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Dallas College’s Nursing Bachelor’s Program Has Officially Launched

Last updated on June 17, 2024

Dallas College officially launched its Bachelor of Science in Nursing on Thursday, June 13. The historic moment was celebrated at an open house event at the Brookhaven Campus, attended by many including Chancellor Justin Lonon and Board of Trustees members Dr. Catalina Garcia and Paul Mayer.

The program’s first class of students started the fully online program in early June. Students on the 12-month fast-track program will graduate next summer.

It’s a rewarding time for all involved with the college, especially those who played an integral role in getting the program off the ground.

“This process has been a journey and it’s great to see it finally come to fruition,” said Dr. Chiquesha Davis, the academic chair of the RN-BSN Nursing Program. “It really is a historical moment, not only for Dallas College but the entire community. Now, our nursing students in the associate program don’t need to go and look at another college or university to get their bachelor’s degree. They can stay with us and get a very affordable and value-based bachelor’s degree.”

The bachelor’s degree in nursing is the second bachelor’s offering at Dallas College, joining the bachelor’s in early childhood education that produced its first graduating class in May 2023. The college continues to establish itself as a leader in higher education with these innovative and much-needed programs that will help bridge expected employment gaps in their respective fields.

Dallas College Chancellor Justin Lonon speaks at the RN-BSN Launch Party on Thursday, June 13.

Inside the Program

Dallas College remains committed to providing educational opportunities for today’s busy student. That’s why the Nursing bachelor’s program is offered in a fully online format, allowing students to complete their classwork from wherever is most convenient for them. Additionally, there are full-time and part-time tracks so students can manage their load however suits them best.

The full-time track takes one year to complete, while the part-time track takes two years. Courses are structured in eight-week sessions.

“Our program is very unique,” Davis said. “We have a lot of things that set us apart.”

Along with the overall structure, Davis said the program puts an emphasis on being community-driven, aligning with the college’s overall mission to transform lives and communities through higher education.

Students were awarded funds to help cover the costs as they pursue a bachelor’s degree in nursing.

The program’s capstone course is focused on leadership and management where students will be paired with a bachelor’s-credentialed nurse in the industry. This will provide a real-world, experiential learning opportunity to equip students for their future endeavors.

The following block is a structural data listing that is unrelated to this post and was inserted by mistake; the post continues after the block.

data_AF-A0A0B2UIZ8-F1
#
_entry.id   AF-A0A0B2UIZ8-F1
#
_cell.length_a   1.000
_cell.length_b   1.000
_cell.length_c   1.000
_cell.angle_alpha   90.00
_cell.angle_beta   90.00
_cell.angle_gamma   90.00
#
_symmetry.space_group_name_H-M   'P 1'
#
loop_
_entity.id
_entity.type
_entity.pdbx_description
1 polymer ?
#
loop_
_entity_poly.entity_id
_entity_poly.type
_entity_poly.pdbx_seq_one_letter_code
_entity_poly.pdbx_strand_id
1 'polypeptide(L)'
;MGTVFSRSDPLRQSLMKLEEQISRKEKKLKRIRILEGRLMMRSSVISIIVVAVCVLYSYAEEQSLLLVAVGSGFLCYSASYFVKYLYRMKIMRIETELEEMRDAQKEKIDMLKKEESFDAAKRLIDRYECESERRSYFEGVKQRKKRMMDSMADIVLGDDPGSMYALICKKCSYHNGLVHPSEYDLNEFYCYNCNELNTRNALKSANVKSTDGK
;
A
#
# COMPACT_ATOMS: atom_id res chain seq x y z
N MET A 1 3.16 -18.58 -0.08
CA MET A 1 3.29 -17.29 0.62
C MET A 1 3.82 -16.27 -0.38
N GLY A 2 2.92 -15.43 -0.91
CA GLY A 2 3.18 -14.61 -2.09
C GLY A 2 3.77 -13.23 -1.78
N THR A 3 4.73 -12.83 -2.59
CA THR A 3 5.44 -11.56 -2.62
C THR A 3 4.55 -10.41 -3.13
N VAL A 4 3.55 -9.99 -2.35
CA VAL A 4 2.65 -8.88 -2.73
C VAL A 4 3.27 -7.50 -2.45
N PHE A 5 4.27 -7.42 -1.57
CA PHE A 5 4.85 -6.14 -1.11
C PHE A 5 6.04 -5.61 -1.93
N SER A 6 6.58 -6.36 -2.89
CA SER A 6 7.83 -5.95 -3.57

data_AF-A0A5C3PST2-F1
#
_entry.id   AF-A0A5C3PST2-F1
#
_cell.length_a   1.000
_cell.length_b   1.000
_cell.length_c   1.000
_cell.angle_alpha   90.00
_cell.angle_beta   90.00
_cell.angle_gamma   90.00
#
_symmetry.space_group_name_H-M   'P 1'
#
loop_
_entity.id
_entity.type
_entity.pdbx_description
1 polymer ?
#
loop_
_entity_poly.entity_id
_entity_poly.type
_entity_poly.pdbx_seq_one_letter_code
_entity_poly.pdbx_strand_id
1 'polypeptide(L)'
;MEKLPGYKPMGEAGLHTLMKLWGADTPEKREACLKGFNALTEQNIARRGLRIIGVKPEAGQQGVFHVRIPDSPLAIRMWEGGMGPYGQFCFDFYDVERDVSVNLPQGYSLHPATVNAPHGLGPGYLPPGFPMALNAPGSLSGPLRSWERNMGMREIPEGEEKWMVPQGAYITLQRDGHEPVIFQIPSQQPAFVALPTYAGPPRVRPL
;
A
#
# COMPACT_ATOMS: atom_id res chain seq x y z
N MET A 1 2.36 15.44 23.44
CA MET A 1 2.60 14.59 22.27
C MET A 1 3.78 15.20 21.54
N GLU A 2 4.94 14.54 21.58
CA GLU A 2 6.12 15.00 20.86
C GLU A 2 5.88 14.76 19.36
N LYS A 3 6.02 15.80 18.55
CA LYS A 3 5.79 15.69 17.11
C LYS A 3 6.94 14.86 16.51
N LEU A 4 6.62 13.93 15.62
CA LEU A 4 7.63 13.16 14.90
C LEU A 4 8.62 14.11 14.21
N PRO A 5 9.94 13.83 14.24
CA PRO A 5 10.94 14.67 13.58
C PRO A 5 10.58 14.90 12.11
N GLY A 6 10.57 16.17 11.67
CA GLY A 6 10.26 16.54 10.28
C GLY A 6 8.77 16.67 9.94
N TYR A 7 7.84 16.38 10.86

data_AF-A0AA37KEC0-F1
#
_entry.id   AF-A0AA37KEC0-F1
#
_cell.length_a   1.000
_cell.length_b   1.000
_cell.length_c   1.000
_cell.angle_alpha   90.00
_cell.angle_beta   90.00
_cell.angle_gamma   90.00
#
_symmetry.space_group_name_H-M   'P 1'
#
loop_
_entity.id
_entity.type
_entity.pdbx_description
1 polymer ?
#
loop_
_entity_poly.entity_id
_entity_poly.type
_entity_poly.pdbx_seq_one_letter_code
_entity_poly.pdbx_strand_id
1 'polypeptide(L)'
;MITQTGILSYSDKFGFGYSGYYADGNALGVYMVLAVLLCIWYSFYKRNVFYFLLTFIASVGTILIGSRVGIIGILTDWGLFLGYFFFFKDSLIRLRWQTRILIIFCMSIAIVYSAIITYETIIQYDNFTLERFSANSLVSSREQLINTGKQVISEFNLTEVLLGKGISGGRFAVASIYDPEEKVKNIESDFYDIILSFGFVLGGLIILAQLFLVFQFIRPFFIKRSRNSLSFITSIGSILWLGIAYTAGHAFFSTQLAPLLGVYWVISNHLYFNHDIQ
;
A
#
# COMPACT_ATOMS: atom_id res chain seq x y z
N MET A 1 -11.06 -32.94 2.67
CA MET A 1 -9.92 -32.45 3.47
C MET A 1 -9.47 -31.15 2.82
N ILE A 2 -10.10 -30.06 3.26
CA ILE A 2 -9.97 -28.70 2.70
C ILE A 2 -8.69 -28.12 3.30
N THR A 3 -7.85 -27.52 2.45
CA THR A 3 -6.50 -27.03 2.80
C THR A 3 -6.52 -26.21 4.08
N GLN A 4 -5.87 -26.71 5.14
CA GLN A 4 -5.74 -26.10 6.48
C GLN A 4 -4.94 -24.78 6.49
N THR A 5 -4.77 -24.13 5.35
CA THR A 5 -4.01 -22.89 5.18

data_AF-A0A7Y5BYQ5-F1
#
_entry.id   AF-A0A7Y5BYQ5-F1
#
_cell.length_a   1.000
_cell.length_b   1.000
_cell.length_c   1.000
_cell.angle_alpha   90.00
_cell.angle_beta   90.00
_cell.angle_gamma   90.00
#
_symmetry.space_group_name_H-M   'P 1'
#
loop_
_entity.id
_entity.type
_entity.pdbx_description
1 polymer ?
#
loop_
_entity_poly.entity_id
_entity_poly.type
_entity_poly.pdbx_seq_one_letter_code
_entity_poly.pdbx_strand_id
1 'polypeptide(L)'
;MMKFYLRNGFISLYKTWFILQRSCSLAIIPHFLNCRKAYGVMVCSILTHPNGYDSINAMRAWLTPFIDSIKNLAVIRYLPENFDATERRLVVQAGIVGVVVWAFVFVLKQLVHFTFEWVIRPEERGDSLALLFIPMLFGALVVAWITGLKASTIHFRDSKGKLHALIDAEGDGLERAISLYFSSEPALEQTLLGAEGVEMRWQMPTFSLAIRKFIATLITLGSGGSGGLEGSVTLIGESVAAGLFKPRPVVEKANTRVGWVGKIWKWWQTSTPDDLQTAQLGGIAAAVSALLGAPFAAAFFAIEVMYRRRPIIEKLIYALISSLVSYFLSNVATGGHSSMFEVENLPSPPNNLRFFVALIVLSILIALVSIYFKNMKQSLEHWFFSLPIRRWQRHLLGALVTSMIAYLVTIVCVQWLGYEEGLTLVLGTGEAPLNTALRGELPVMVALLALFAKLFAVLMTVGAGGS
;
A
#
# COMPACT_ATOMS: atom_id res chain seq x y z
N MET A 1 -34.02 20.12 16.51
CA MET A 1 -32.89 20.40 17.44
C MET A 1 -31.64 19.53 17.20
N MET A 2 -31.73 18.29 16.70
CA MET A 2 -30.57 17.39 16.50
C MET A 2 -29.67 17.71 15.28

Finally, Davis is proud that the program will be offering a course in which students can become Spanish certified medical interpreters. There is a growing need for nurses who are bilingual in Spanish, and this certification will further separate Dallas College graduates from others entering the workforce.

“This is coming from our advisory committee that includes some high-pillar organizations in our community like Parkland Health and Methodist Health System. They’re telling us it’s a huge need,” Davis said. “This course will really help set us and our students apart.”

Nursing’s Impact

Nursing remains the most trusted profession, according to Gallup Poll’s annual Most Honest and Ethical Professions Poll. However, only 65.2% of registered nurses are prepared at the bachelor’s or graduate degree level, according to the latest workforce survey conducted by the National Council of State Boards of Nursing.

That’s why this bachelor’s degree in nursing is so important and critical to the community at large.

As Davis, who is a trained nurse herself, put it: “Nurses are the backbone of our health care system. We’re right there with patients in their most vulnerable moments. We play a critical role in delivering patient care and also promoting health care outcomes.”

For prospective students, Davis points to the wide variety of jobs available within the nursing field. If someone desires an adrenaline rush, they could look into becoming a flight nurse or working in the emergency room at a hospital. Other options include going to rural communities to serve those populations where medical services are difficult to find. Or, maybe working at a specialized clinic or at a school is the path. At the end of the day, the possibilities are endless.

“For any student who is looking to come into the nursing domain, they have to have empathy, and they have to be sympathetic,” Davis said. “And really investing in their education is critical. Here at Dallas College, we do that. We invest in their education and their training as a nurse. We are bringing forward competent and compassionate nurses who can address all the health care needs in Texas.”

Dr. Chiquesha Davis (left) with nursing student Nnamdi Izuegbu at the college’s launch party on June 13.
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